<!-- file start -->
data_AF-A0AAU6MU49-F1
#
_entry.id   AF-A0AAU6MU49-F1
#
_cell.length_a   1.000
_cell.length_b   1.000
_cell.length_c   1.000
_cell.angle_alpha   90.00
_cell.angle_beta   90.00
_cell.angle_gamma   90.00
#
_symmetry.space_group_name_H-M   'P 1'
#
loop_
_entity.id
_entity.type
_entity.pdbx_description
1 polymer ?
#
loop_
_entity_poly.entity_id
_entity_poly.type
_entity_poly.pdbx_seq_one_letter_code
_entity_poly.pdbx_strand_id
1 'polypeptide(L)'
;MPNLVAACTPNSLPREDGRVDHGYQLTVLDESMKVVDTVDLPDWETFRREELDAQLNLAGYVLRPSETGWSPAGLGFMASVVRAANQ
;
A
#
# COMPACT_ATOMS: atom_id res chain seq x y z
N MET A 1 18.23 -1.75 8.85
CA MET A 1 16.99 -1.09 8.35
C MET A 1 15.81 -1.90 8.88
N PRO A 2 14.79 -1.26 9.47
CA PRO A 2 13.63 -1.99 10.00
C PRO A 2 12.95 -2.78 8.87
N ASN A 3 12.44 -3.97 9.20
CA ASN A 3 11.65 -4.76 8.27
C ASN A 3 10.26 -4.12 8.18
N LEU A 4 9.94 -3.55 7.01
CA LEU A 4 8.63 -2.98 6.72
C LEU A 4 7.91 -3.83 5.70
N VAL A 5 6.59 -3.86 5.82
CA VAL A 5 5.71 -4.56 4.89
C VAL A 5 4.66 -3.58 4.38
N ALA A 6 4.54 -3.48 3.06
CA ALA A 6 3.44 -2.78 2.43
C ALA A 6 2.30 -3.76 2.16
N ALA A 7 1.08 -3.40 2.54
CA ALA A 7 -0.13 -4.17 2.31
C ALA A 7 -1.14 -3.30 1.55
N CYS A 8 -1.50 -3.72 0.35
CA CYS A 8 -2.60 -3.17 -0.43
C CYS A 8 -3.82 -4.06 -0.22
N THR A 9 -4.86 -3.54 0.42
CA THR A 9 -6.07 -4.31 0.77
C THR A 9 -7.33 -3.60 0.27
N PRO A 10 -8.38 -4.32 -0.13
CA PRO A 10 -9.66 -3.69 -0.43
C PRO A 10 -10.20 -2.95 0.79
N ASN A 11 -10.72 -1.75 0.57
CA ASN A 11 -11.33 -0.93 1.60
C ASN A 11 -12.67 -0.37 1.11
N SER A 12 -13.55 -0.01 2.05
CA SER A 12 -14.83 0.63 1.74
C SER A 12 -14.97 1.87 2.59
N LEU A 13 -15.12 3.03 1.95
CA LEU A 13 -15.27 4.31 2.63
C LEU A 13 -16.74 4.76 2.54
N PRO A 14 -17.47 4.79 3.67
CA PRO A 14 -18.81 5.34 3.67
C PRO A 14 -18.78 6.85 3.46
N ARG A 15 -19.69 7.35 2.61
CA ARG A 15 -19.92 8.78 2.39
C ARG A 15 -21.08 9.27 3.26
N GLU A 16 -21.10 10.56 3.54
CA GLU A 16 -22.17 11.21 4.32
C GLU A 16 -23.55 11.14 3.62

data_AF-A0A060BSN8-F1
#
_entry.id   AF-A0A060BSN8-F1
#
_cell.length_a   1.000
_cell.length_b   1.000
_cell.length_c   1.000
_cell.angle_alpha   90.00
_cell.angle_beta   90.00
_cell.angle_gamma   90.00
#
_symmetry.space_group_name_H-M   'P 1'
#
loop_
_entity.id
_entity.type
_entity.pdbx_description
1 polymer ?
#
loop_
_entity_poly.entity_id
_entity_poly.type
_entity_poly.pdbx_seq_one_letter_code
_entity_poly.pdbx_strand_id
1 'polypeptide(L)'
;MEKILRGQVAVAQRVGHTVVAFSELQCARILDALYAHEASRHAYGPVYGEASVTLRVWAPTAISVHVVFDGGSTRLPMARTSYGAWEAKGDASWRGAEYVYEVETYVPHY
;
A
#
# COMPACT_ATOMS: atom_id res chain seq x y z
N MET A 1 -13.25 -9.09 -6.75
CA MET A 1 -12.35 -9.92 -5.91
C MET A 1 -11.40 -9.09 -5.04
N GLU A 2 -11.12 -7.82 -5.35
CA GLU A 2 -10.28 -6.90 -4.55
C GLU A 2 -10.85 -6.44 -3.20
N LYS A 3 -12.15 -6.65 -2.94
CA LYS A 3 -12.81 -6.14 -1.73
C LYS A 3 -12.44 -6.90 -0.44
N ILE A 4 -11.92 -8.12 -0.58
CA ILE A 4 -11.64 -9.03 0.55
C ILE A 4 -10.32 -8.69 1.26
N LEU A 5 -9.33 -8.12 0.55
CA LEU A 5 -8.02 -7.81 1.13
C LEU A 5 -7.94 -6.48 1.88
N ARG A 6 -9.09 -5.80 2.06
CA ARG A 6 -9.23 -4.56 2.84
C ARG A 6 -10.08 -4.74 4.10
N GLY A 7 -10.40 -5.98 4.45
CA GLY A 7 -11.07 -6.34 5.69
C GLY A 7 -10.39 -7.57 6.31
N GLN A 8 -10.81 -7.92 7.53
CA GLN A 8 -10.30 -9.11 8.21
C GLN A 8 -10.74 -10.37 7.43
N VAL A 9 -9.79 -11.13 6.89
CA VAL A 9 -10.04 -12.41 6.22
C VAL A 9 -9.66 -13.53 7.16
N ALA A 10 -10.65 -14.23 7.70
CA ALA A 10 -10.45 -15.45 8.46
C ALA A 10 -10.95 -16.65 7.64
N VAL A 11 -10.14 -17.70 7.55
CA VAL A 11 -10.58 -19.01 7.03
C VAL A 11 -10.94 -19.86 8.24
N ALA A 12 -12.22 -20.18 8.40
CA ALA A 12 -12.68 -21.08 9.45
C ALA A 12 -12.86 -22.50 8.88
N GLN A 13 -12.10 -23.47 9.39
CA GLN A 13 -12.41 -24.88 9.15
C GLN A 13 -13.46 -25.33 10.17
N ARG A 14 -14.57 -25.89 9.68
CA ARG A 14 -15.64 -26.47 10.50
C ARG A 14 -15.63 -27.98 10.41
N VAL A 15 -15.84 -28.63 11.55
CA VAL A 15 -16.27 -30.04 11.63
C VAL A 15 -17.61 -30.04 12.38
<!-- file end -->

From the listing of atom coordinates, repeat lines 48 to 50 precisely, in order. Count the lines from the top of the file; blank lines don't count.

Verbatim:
C ALA A 6 2.30 -3.76 2.16
N ALA A 7 1.08 -3.40 2.54
CA ALA A 7 -0.13 -4.17 2.31